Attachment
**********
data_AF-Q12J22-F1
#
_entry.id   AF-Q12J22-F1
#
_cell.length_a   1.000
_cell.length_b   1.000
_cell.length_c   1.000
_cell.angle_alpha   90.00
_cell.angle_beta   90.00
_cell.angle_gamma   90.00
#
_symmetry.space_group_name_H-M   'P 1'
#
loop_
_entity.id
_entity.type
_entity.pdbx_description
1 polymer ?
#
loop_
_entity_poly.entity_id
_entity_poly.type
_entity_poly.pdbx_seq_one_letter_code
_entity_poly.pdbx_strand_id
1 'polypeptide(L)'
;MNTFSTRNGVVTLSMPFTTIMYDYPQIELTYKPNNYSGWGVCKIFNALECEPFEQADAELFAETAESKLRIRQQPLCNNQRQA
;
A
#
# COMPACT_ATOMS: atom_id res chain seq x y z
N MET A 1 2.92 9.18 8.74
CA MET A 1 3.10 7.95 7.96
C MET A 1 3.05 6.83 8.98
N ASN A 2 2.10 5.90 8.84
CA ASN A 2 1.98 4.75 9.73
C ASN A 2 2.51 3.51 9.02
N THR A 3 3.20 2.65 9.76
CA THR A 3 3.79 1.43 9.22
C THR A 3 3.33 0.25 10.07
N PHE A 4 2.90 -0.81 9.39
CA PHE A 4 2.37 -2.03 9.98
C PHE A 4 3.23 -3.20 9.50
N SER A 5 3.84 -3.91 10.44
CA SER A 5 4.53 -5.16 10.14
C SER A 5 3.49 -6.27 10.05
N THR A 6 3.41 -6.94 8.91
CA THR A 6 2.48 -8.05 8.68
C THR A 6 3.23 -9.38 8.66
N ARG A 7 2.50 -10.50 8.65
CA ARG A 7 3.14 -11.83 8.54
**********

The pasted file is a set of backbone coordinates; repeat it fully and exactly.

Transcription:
data_AF-Q12J22-F1
#
_entry.id   AF-Q12J22-F1
#
_cell.length_a   1.000
_cell.length_b   1.000
_cell.length_c   1.000
_cell.angle_alpha   90.00
_cell.angle_beta   90.00
_cell.angle_gamma   90.00
#
_symmetry.space_group_name_H-M   'P 1'
#
loop_
_entity.id
_entity.type
_entity.pdbx_description
1 polymer ?
#
loop_
_entity_poly.entity_id
_entity_poly.type
_entity_poly.pdbx_seq_one_letter_code
_entity_poly.pdbx_strand_id
1 'polypeptide(L)'
;MNTFSTRNGVVTLSMPFTTIMYDYPQIELTYKPNNYSGWGVCKIFNALECEPFEQADAELFAETAESKLRIRQQPLCNNQRQA
;
A
#
# COMPACT_ATOMS: atom_id res chain seq x y z
N MET A 1 2.92 9.18 8.74
CA MET A 1 3.10 7.95 7.96
C MET A 1 3.05 6.83 8.98
N ASN A 2 2.10 5.90 8.84
CA ASN A 2 1.98 4.75 9.73
C ASN A 2 2.51 3.51 9.02
N THR A 3 3.20 2.65 9.76
CA THR A 3 3.79 1.43 9.22
C THR A 3 3.33 0.25 10.07
N PHE A 4 2.90 -0.81 9.39
CA PHE A 4 2.37 -2.03 9.98
C PHE A 4 3.23 -3.20 9.50
N SER A 5 3.84 -3.91 10.44
CA SER A 5 4.53 -5.16 10.14
C SER A 5 3.49 -6.27 10.05
N THR A 6 3.41 -6.94 8.91
CA THR A 6 2.48 -8.05 8.68
C THR A 6 3.23 -9.38 8.66
N ARG A 7 2.50 -10.50 8.65
CA ARG A 7 3.14 -11.83 8.54